A few months ago, we wrote an article on how to write for comics DC style, or full script. This week, we’re talking about how to write a Marvel Style script, also known as summary script or plot script.
I stated in that previous article that I like to write DC style. It just fits with how my brain works. If you didn’t like the sound of writing DC style but want to write comics, then read on. This style may be for you.
Keep in mind, this is not just writing two to three sentences saying “maybe we’ll do something like this.” You will still need to write out your story fully, but with a few key differences from a full script.
The Big Difference
If we think about our comic like a road trip, you as the writer are driving with your artist or illustrator to your target destination. That destination being a completed comic. Using the full script method, you’re driving the entire time, or at least navigating the entire time. You’re always dictating the direction the car is going.
With a summary script, you’re splitting that duty. You’re navigating, but the artist is steering. You’re giving them directions, but there’s enough wiggle room for them to take turns or detours when needed.
What Does This Look Like?
With the Full Script style of writing, we label each panel on the page. Then we write the description of that panel and then the dialogue. This makes full script a panel-by-panel method of writing.
In Marvel Style, we write page-by-page.
For each page, we write a paragraph or paragraphs detailing the changes that occur on this page. These are changes in the visual, emotional, and dramatic sense. The characters will start the page in one physical or emotional location and end in a different. Stories are just sequences of changes held together by a theme after all.
You summarize the plot and let the artist decide how that plot gets shown. Then you come back and write the dialogue afterwards.
You need to give your artist and your editor a good deal of information in these paragraphs, otherwise they’ll think you don’t know your own story. Don’t think this is a lazy method and you get to just skimp out on details. Also, don’t do this half and half with another style. You’ll confuse everyone on the project.
An example of this method of writing is how Matt Fraction wrote Hawkeye.
Here’s a few pages from our very own Head Honcho’s plot for Cat & Mouse #1. He said to note that it begins “page 5,” but that page 5 is actually the printed page 1 as it was revised.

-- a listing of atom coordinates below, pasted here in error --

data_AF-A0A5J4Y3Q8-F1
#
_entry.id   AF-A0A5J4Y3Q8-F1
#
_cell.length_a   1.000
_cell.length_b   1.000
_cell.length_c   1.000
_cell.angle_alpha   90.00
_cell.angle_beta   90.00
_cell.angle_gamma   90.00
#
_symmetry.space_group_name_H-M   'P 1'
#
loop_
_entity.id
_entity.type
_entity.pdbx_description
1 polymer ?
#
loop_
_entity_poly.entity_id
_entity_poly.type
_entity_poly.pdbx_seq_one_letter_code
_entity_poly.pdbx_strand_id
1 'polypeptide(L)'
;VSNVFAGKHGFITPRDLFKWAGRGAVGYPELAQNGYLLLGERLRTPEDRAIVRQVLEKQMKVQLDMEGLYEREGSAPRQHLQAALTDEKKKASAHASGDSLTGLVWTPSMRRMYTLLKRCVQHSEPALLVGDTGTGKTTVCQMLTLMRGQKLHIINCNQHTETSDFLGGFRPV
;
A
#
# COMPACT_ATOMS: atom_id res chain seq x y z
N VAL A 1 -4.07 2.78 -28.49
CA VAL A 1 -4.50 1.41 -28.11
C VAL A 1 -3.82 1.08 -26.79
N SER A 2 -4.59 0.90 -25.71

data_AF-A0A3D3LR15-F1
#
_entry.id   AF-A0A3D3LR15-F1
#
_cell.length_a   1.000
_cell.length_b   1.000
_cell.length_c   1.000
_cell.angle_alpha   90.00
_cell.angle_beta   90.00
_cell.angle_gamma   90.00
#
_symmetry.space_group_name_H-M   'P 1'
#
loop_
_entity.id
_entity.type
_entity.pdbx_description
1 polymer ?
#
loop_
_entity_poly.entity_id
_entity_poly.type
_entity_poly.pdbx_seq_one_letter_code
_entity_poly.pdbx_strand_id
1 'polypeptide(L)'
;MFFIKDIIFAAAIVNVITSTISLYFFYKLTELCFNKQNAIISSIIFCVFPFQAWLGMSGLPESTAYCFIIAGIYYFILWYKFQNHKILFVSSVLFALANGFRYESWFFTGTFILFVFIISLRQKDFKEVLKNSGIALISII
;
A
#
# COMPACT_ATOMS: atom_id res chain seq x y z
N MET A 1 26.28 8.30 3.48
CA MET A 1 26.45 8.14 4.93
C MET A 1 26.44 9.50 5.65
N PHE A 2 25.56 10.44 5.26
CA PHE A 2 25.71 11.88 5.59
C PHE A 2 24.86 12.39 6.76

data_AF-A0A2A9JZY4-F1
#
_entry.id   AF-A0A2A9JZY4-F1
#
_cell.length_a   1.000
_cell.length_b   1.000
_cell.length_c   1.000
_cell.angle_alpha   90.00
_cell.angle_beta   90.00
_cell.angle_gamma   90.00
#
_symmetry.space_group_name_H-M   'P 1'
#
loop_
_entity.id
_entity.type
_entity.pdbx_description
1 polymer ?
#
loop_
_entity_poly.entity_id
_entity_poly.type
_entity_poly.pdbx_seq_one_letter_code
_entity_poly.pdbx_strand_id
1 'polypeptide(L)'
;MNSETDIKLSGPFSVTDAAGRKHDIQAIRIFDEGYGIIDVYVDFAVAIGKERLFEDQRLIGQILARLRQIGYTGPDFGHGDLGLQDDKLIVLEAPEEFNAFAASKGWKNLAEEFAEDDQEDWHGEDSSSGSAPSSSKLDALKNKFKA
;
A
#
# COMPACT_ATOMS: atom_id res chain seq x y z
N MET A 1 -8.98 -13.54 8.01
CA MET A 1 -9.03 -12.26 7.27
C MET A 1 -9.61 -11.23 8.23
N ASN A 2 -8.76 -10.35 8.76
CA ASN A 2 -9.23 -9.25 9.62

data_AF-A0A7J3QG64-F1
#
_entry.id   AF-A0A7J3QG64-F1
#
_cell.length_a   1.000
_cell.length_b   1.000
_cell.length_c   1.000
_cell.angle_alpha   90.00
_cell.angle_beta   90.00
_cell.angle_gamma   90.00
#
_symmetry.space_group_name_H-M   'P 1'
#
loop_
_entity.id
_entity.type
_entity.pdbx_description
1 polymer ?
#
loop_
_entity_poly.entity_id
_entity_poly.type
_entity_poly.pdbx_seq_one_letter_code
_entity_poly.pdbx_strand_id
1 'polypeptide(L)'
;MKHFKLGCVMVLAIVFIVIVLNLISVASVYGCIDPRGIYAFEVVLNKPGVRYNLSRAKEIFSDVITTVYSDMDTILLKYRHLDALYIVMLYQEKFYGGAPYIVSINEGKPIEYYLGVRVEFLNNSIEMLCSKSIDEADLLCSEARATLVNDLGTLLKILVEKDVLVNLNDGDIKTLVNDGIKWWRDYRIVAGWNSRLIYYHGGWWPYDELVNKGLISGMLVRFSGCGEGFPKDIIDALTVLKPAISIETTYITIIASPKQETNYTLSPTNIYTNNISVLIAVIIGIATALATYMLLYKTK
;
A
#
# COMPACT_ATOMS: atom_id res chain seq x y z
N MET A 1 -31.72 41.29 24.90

How Does This Work In Practice?
You’ll use this method if you are fully collaborating with your artist. That means that you want to share the burden of creating the story with your artist and they are okay with making those decisions. This is a conversation you’ll need to have when you work together. Some artists want to co-create the comic, some just want to be fed details and illustrate what you have created.
Your artist will tell you how much or little detail they want to work with.
The Dirty Secret of Writing Comics
So after we explained the full script and Marvel methods, are you ready for a dirty secret? They aren’t even proper methods. As in, there are no rules saying what you can and can’t do.
No two people will write similar scripts, even using the same style. At least comfortably. If you’re going to write a comic, then you need to write it in whatever way that you’re comfortable. You might start with something that resembles one of these methods and then it will morph into your own style.
You should certainly try to make a variation of your style that resembles either method. Just so that you can work with any artist and meet their preferences.
The only accurate guide for style and formatting will be your editor’s instructions, if you work with one. They may have their own preference, or they may just want you to deliver a script that is at least consistent and cohesive.
What To Do Next As Writer?
The next thing you should do as a writer is experiment. Try Full Script and Summary methods, see what feels right. Change formatting and style to make it your own. Read plenty of comics and comic scripts as well.
The more you read, the more you elevate your taste. As your taste improves, your skills will rise to match that.
Most importantly, have fun.